Journal Article

Disorders of Glucose Metabolism in Patients Infected with Human Immunodeficiency Virus

Michael P. Dubé

in Clinical Infectious Diseases

Published on behalf of Infectious Diseases Society of America

Volume 31, issue 6, pages 1467-1475
Published in print December 2000 | ISSN: 1058-4838
Published online December 2000 | e-ISSN: 1537-6591 | DOI: http://dx.doi.org/10.1086/317491
Disorders of Glucose Metabolism in Patients Infected with Human Immunodeficiency Virus

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New-onset diabetes mellitus, clinically similar to type 2 diabetes, will affect a small proportion (1%–6%) of patients infected with human immunodeficiency virus (HIV) who are treated with HIV-1 protease inhibitors (PIs). However, insulin resistance and impaired glucose tolerance will develop during PI treatment in a considerable proportion of patients. Dyslipidemia, abdominal obesity, and loss of peripheral fat frequently coexist with insulin resistance, but it is not clear whether all of these result from a common pathogenic mechanism. Recent data suggest that insulin resistance may also be associated with HIV infection in patients not receiving PI therapy. The long-term consequences of insulin resistance in this population are not known. The effect of switching to other antiretroviral therapies has not been fully determined. Treatment of established diabetes mellitus should generally follow existing guidelines. There is no clinically useful screening test that will determine the existence and degree of insulin resistance in individual patients. It is therefore reasonable to recommend general measures to increase insulin sensitivity in all patients infected with HIV, such as weight reduction for obese persons and regular aerobic exercise.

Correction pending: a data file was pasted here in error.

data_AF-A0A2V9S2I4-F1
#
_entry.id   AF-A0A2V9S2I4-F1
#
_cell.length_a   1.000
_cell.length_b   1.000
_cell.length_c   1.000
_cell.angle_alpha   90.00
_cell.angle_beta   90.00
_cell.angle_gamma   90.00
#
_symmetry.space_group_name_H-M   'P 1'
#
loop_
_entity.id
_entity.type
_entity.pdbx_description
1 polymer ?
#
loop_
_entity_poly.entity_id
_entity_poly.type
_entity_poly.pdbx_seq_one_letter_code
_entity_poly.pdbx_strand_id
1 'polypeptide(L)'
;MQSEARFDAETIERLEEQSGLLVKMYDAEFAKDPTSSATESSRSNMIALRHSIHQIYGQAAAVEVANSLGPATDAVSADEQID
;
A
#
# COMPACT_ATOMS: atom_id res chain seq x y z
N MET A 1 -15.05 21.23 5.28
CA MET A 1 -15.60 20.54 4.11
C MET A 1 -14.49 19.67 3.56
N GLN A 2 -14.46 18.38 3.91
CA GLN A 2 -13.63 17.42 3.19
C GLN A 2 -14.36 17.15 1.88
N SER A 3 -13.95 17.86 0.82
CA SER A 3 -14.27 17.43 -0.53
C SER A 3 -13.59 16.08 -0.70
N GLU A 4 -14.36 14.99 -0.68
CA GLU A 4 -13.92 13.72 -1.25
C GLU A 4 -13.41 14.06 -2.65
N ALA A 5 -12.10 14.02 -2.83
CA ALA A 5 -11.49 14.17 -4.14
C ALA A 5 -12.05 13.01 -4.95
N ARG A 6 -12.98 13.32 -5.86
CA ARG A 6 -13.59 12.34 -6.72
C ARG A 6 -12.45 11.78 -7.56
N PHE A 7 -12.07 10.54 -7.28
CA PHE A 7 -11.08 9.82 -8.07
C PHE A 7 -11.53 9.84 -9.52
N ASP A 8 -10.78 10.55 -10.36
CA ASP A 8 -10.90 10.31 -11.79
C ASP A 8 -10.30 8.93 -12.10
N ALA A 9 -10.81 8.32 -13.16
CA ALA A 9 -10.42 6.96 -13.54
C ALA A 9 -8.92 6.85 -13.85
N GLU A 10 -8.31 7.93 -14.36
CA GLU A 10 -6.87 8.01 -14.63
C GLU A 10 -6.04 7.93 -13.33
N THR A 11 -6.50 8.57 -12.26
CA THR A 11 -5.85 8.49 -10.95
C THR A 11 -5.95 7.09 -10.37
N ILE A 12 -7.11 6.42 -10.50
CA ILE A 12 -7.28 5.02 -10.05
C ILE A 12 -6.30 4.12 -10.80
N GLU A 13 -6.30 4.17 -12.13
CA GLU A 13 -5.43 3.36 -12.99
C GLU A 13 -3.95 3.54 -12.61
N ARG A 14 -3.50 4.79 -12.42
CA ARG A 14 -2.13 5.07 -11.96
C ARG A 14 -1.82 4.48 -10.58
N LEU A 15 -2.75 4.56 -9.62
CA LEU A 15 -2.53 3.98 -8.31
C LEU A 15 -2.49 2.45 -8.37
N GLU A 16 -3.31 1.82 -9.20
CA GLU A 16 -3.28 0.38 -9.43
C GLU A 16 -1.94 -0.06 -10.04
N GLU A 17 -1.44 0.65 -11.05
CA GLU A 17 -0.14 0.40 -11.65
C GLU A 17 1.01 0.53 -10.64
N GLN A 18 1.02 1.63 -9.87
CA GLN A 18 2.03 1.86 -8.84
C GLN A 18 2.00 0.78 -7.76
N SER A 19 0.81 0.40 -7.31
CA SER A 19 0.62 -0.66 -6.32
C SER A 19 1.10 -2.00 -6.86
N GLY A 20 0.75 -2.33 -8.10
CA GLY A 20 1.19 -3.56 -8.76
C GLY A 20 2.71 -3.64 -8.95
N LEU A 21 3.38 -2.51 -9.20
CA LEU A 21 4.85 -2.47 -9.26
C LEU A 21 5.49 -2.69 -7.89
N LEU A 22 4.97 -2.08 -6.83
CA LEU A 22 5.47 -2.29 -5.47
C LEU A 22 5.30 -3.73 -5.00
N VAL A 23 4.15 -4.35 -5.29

Journal Article.  7240 words.  Illustrated.

Subjects: Infectious Diseases ; Immunology ; Public Health and Epidemiology ; Microbiology

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